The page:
“It’s been a 20 percent loss of my production,” farmer Lennart Gunnergård told The Local.
Since February, Gunnegård has had to carry the remains of 14 calves from his cattle farm in Lerdala near Skaraborg in central Sweden which has about 75 cows and an equal number of calves.
Normally, Gunnegård loses a calf or two each year to the hungry ravens.
“It’s natural,” he said.
But this year, the area raven flock has ballooned from less than ten birds to more than 30.
“It seems there are three ravens who sort of act like the ring leaders,” he said.
On one occasion recently, Gunnegård noticed a small group of ravens swirling shortly after he had placed a yellow ear tag on a two-day old calf.
“And just after I put in the ear tag, I looked out and saw two ravens start pecking the calf’s ear tag, while two others started going for its eyes,” he said.
“I ran out and shooed them away and luckily was able to save the calf.”
Gunnegård suspects the explosive growth in the size of the raven conspiracy is likely related to the recovery of the area’s convocation of Golden Eagles.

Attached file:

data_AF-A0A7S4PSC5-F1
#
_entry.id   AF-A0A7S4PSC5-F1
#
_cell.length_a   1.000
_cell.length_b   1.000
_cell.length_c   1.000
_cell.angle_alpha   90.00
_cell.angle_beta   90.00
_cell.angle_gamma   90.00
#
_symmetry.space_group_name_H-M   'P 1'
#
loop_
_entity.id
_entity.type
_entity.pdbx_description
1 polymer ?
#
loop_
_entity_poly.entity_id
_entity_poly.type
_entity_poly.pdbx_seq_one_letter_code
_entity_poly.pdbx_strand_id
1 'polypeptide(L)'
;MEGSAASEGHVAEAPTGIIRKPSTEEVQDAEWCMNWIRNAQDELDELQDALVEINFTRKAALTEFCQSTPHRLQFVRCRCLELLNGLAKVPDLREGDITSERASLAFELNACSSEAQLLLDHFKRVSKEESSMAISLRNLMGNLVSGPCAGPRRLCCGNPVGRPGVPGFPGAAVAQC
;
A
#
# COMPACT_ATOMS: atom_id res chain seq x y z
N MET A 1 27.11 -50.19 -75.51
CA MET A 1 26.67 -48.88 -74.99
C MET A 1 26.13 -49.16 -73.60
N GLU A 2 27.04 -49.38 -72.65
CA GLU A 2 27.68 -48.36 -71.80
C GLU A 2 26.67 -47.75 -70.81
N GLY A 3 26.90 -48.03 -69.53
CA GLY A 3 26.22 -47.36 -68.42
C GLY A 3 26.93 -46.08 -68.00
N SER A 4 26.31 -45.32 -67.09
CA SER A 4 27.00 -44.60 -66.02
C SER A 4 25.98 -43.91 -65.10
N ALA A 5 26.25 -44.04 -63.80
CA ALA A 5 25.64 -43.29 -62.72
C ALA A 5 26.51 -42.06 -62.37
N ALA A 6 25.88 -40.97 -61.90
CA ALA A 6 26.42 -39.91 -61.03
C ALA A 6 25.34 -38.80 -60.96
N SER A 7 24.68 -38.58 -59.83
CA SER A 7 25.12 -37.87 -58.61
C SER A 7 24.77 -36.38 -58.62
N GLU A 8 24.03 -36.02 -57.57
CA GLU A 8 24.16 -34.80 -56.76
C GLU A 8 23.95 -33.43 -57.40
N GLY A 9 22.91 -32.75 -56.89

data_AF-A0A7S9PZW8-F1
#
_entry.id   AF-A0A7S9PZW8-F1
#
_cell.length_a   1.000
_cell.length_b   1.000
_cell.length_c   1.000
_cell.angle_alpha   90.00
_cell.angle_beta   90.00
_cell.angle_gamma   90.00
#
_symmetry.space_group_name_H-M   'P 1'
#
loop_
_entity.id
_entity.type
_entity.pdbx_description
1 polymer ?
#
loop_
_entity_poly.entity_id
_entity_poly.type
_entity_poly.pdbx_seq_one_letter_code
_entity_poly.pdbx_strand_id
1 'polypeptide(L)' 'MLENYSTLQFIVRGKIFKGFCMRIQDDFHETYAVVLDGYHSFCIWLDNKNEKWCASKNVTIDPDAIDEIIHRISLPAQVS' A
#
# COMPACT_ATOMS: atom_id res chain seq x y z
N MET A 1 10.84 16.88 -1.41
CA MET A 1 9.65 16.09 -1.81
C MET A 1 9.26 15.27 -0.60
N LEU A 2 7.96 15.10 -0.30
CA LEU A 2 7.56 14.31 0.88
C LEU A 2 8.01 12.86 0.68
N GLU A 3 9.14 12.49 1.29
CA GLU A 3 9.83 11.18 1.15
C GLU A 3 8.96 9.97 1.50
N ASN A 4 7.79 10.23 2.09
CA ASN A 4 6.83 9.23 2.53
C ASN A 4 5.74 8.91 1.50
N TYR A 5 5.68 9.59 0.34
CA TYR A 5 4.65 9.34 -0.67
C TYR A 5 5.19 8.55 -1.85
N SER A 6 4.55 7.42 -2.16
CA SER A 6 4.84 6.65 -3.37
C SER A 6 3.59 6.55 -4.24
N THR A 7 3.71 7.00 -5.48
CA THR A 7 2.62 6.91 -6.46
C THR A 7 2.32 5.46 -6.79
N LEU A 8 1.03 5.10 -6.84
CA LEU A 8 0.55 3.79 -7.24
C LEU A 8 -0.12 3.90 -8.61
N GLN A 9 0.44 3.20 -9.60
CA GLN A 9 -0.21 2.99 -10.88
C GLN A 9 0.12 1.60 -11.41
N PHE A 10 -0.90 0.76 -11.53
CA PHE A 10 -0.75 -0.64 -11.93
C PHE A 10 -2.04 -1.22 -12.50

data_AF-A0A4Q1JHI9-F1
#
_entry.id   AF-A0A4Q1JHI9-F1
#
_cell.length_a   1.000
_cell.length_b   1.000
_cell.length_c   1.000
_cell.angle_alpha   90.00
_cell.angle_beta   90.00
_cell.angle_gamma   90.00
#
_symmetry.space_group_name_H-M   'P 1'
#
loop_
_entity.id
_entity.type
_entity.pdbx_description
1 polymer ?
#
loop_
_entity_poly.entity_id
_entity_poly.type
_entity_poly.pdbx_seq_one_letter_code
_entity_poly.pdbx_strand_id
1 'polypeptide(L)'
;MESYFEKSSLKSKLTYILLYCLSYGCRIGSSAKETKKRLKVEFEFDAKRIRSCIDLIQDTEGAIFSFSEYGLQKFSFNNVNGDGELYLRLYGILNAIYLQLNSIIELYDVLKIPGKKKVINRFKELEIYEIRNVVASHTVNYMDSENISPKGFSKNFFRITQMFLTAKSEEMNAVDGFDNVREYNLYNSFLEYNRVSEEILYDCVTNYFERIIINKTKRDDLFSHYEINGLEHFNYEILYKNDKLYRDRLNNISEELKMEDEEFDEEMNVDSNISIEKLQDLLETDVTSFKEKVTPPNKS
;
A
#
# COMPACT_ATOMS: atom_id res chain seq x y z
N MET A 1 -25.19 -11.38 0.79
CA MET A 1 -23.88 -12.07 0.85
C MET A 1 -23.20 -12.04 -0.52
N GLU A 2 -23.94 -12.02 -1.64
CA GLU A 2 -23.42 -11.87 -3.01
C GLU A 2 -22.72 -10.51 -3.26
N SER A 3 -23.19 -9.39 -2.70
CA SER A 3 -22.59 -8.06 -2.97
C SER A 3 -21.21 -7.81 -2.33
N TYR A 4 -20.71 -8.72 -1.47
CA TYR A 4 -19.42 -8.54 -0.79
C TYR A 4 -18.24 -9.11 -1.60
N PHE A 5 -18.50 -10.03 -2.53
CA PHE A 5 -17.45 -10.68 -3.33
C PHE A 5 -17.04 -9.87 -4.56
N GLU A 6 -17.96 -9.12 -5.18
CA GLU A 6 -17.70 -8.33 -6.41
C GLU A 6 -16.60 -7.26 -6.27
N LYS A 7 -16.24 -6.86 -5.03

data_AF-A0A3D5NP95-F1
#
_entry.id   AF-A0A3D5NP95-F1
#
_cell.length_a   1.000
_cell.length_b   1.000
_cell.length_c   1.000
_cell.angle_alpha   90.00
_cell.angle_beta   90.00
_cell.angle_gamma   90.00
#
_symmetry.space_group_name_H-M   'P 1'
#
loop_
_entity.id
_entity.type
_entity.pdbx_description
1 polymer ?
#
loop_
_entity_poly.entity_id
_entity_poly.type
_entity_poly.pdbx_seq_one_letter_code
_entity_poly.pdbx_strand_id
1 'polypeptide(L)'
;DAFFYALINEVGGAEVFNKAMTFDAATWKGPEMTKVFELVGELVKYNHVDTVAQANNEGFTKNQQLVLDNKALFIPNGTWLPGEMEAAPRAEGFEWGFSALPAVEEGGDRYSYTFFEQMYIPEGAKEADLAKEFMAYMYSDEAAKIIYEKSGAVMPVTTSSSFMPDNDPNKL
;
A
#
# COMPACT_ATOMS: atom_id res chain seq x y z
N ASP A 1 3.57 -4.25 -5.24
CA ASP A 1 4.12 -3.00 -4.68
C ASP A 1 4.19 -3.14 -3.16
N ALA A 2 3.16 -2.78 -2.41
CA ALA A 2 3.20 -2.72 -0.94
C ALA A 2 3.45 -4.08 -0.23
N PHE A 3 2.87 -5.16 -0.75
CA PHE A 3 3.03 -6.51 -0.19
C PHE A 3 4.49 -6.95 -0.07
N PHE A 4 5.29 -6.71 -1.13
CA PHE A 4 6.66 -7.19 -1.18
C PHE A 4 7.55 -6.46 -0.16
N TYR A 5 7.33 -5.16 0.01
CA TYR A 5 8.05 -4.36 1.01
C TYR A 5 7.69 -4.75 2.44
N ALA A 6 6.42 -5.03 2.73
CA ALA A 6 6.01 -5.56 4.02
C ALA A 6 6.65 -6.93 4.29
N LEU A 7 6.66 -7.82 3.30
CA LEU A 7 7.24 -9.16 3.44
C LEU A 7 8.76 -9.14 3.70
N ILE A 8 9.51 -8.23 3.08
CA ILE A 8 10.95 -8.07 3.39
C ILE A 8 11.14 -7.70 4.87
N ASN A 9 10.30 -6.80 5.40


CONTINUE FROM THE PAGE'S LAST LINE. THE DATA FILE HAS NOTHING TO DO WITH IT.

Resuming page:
“There are a lot more wild animal carcasses in the nearby forests,” he said.
“With more food, the ravens are breeding more and having more young.”
Others theorize that the recent covering up of local garbage dumps has cut off one of the ravens’ primary food supplies, forcing them to prey on vulnerable livestock.
Gunnegård said ravens had also claimed the lives of a lamb from a neighbouring farm, adding he thinks it’s time to consider offering affected farmers compensation for livestock lost to ravens similar to payments made for animals lost to wolf attacks.
“I’m not trying to call for help, but I think it’s time to have a discussion about how people who lose livestock due to attacks like this ought to be compensated,” he said.
Nevertheless, he’s wary of there being an overreaction and vilifying of the big black birds.
“I think the ravens are really nice. It’s just that things have got out of balance,” he said.
“There are simply too many ravens.”